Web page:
In the middle of Chicago’s so-called culinary desert, Banes discovered a Serbian nightclub, a Polish buffet, 24-hour bakeries, and Green Planet, a trendy new vegetarian restaurant. “Finally, finally! We were getting a little bit of civilization in Chicago, ”she wrote, but ultimately found it way too expensive.
“The reader only paid ten, maybe $ 20 for those parts and didn’t reimburse her for the money she spent on food, ”says Robinson-Lynch. “So she had to find places to charge him. She found out that every ethnic community in Chicago had a club and you could go there and have an inexpensive meal. I feel like every weekend we were at one. (Roth does not remember how much the Reader paid Banes.)
Some of Banes’ finds are still around in one form or another. There was the friendly Syrian bakery of Back of the Yards which would later become Ziyad Brothers Importing, whose yellow-labeled boxes and jars can be found in almost every Middle Eastern supermarket and grocery store in the city.
One evening, two of his ‘long-haired male friends’ were given the cold shoulder at the bar at Tufano’s Vernon Park Tap, but Banes and Robinson-Lynch were treated with chivalrous respect at the now 91-year-old red sauce restaurant. . (Robinson-Lynch, from New Jersey, remembers breaking the ice by loudly dropping the names of some infamous East Coast gangsters.)
One of those long-haired male friends was Bob James, Banes’ boyfriend at the time, whose first name appears in a number of Eats cameos. “I just remember how difficult it was,” he says. “Describing food is very difficult. It was easy to use those adjectives.
But Banes figured out how to bring the buffet to life in Valois: “A study in brown sits in front of you, starch and meat, sienna, ombre, orange, pumpkin, yellow, beige, cream – punctuated only briefly by salad of pale green cabbage. “
She recounted a sizzling seduction by quiche Lorraine at Casa Bonnifeather in Lincoln Park: “The quiche had arrived. It submits to it, gets lost in its grip, its massiveness and its crust. She walked away, turning to the thin, cool, moist cucumber slices, but came back, coming back again and again, to the quiche.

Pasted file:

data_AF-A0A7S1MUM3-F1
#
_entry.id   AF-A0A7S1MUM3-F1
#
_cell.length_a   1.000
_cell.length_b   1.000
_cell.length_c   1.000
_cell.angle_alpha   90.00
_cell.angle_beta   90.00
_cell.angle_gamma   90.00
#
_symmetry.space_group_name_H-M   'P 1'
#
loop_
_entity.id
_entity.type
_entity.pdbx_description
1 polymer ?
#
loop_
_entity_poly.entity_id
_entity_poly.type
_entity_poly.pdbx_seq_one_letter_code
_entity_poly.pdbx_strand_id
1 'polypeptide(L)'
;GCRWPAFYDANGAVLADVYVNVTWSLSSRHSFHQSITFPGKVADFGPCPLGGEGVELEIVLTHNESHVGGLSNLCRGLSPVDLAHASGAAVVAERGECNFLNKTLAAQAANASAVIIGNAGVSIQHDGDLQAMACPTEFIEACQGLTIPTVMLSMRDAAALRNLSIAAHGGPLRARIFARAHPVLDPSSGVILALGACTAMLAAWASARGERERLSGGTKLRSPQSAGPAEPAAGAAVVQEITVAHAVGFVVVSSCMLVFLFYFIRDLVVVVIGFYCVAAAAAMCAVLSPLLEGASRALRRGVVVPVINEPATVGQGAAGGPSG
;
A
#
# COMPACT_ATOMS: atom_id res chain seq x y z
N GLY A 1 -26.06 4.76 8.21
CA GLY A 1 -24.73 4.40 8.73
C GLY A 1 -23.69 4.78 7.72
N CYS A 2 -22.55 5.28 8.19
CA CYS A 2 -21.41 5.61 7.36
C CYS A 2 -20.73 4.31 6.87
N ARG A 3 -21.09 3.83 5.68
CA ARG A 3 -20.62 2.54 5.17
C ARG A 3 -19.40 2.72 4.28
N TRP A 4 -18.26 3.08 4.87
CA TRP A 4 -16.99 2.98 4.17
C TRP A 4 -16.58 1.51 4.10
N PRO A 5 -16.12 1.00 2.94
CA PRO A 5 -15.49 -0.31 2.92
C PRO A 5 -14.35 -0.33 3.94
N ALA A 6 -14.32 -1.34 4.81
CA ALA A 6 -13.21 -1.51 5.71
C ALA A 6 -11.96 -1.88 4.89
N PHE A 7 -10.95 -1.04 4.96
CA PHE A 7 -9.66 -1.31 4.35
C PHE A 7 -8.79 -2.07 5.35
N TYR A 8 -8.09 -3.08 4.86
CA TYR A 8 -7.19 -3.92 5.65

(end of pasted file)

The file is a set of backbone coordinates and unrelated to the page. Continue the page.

His praise of the budget steakhouse George Diamond’s leads with a vision of the city that summons the ghost of Carl Sandburg: “The sprawling queen of the Midwest, strong, bulky and unsophisticated, her fat rolls clad in gray snow.” ”
By the middle of 1973, production of Banes’s Eats began to slow down, and by October her credit as editor-in-chief for the food faded from the header. His latest review, of a Loop restaurant known for its “server campers”, describes a near brawl between a waiter and some straight diners “intent on protecting their masculinity at all costs.” Banes recommended the pecan pie, and this: “If you tend to be tense in homosexual situations, avoid Flo at all costs, but know that in our liberated society to come, you will be more and more tense. Examine your own head.
None of the friends and colleagues I spoke to can recall exactly why Banes abandoned the Eats column, which other writers took up from time to time. But Robinson-Lynch remembers a play from the beginning of 1973 in which she describes a delirious desire for a thousand leaves at the end of the evening, which worried her friend. “It scared me because he was someone who shouldn’t eat sugar.” Banes began to carefully monitor her blood sugar around this time “and it may have helped her move from writing about food to other things.”
In 1974 Banes co-wrote Sweet Home Chicago: The Real City Guide, published by Chicago Review Press. It contained eight pages of short restaurant reviews, but as a writer she was heading for her life’s work. By this time, she had also signed a contract to write what would become her first dance history, the 1987s. Terpsichore in sneakers: post-modern dance. Eventually, his own performances would be covered in detail in the Reader, and in early 1974 his signature reappeared. The first of many dance revues to come, this was a performance by Hello Goodbye Hello by Daniel Nagrin’s working group and was titled “An Evening of Sexual Anguish”.
Meanwhile, the only food-related content in this issue was a half-price brunch coupon for Ratso’s.. “At the time, I would say the dance scene was probably more interesting,” says Mike Lenehan, longtime editor. If the memories of friends and colleagues of Banes on his passage as ReaderEarly food reviews are a bit hazy, that’s only because his later work overshadowed him.